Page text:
Once Works Well was pure technology. Now it seeks merely to divert.
Pansy subjects - Verse! Opera! Domestic trivia! - are now commonplace.
The 300-word limit for posts is retained. The ego is enlarged

Wednesday, 21 April 2010

Cleanliness and delight

The BBs both read through their ablutions and are not shower people. The unused shower is in the en suite and therefore denied to guests. To ensure their cleanliness a shower is being installed over the bath. As the photo shows (awkwardly shot prone on the bathroom floor) further readjustment will be needed since the bath is equipped for readers not showerers.




MORE ABLUTIONARY EXPENSE Imperially I am 6 ft 1½ in. tall; metrically that’s a nigglingly precise 1.8669 m. The en suite hand-basin is 800 mm high, standard for such fitments and well below that part of my body indelicately referred to as my groin or crutch – take your pick. Rinsing my face I must bend down like a croquet hoop. This irritation will shortly be addressed so here’s the “Before” pic.

TOUCHED BY JOY For months the final chapter of the novel (carrying two contrary options) has been clear in my head. But getting there from the penultimate chapter was a blank. I spent three days thinking. An idea and, more important, a technique based on event compression arrived and I rushed upstairs to turn them into words which were a delight to write. Time to rush downstairs to the exercise bike and to plug myself into the Ulysses audio. As luck would have it I’d reached the Castle of the Winds section (officially Aeolus) where Bloom visits the newpaper offices and the text is presented as series of cod news reports topped by headlines – which the actor-reader shouts aloud. Nostalgically hilarious. Double delight so I am twice blest. Bless you all

Novel progress 25/4/10. Ch. 22: 3890 words. Chs. 1 - 21: 94,115 words. Comments: Final third of final chapter remains. Or will it do a Topsy?

9 comments:

Plutarch said...

On writing the last words of The Decline and Fall of the Roman Empire, Gibbon reflected: "I will not dissemble my emotions of joy on the recovery of my freedom, and, perhaps the establishment of my fame. But my pride was soon humbled, and a sober melancholy was spread over my mind, by the idea that I had taken everlasting leave of an old and agreable companion, and that whatsoever might be the future date of my History, the life of the Historian must be short and precarious.

marja-leena said...

Art of good bathroom design, and the art of writing - a good combination! The former surely contributes to the latter. So, your book is nearing completion, hurray!

Rouchswalwe said...

Marja-Leena said it! I appreciate the connection. When your book is finished, perhaps a waterproof edition can be made available for shower readers.
P.S. as a tall woman, I know exactly what you mean about the low sink thing. Aargh!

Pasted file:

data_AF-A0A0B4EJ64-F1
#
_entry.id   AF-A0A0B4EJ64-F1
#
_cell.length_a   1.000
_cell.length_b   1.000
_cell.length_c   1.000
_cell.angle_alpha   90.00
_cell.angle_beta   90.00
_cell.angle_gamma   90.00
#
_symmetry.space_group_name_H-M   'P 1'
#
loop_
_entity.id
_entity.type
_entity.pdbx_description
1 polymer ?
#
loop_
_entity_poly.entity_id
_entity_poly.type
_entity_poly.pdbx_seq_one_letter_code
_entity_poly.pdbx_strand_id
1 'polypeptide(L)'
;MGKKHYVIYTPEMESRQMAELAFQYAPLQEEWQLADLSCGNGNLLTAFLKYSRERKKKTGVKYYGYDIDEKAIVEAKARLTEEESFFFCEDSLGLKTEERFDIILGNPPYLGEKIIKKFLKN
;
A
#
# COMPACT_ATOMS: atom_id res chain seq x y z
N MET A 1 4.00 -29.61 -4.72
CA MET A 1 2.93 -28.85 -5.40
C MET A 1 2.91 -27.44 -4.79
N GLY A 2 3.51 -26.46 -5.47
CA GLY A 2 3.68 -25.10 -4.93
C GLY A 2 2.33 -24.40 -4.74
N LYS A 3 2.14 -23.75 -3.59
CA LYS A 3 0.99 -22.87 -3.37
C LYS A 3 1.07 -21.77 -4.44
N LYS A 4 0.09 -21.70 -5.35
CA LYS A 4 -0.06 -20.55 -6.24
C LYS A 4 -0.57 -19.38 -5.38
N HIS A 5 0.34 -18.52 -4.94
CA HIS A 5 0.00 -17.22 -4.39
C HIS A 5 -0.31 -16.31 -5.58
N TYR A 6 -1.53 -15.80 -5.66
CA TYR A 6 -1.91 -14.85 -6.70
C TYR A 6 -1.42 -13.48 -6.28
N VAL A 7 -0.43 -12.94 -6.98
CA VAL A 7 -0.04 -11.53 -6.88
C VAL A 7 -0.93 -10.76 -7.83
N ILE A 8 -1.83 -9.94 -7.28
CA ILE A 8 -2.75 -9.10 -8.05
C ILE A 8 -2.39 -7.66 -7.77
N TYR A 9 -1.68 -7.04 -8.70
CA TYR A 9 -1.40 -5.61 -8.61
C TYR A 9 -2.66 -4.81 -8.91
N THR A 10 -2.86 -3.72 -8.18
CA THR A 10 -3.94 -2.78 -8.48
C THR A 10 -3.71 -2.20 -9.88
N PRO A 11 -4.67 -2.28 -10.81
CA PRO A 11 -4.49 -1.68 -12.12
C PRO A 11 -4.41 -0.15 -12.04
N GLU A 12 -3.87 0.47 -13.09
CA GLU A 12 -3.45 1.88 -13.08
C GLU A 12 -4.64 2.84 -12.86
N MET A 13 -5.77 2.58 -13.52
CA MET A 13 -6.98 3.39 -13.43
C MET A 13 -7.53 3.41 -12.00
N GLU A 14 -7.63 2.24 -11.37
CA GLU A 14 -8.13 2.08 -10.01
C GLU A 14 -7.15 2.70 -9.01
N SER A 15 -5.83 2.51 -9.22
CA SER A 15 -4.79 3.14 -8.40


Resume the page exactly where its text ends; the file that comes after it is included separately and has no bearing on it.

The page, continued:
Barrett Bonden said...

Plutarch: I haven't taken Gibbonesque leave of it yet, nor will I until some serious editing is done. But the last bits are slotting in one after the other and my feelings, like Gibbon in only this respect, are mixed.

M-L: The bathroom will be the work of others. I hope my handiwork with the novel will be a step up on a bathroom refurbished by me.

RW (zS): There is no fun at all bending over a too low basin, Tall Woman. As to showers, they were invented for Americans who believe it is both sinful and unhygienic to marinade in one's own juices.

Hattie said...

You have given me an idea! Listen to Ulysses instead of trying to read it!

herhimnbryn said...

Have to say in cold weather in Australia, I miss a deep bath. However, the shower (usual mode of ablution for most here),is excellent in hot weather. I also miss reading in the bath (a tad diffucult under a shower!).

Julia said...

Hurrah for joy and jumbilation! I just skipped ahead to read Aeolus. Had to roar my own headlines to make it work but it did. And Joyce is so spot on in his walk through the newspaper I can smell the ink.

Barrett Bonden said...

Hattie: It ain't cheap, though. The 22 Naxos CDs cost £85 here in the UK, though such things are usually cheaper in the US.

HHB: The predominance of showers was a pain when we toured new Zealand. We deliberately routed ourselves via one of the Wellington suburbs where we knew from past experience there was a bath.

Julia: Hurrah for you too. It adds to the pleasure knowing there's someone out there reading it too. All that messing about with word-play, anecdote and teasing takes me right back to the Telegraph & Argus reporters' room when the deadlines had been met. You're right about the headlines, they're even funnier when uttered aloud.

herhimnbryn said...

Will they really eat me alive?! Even if am very polite in french?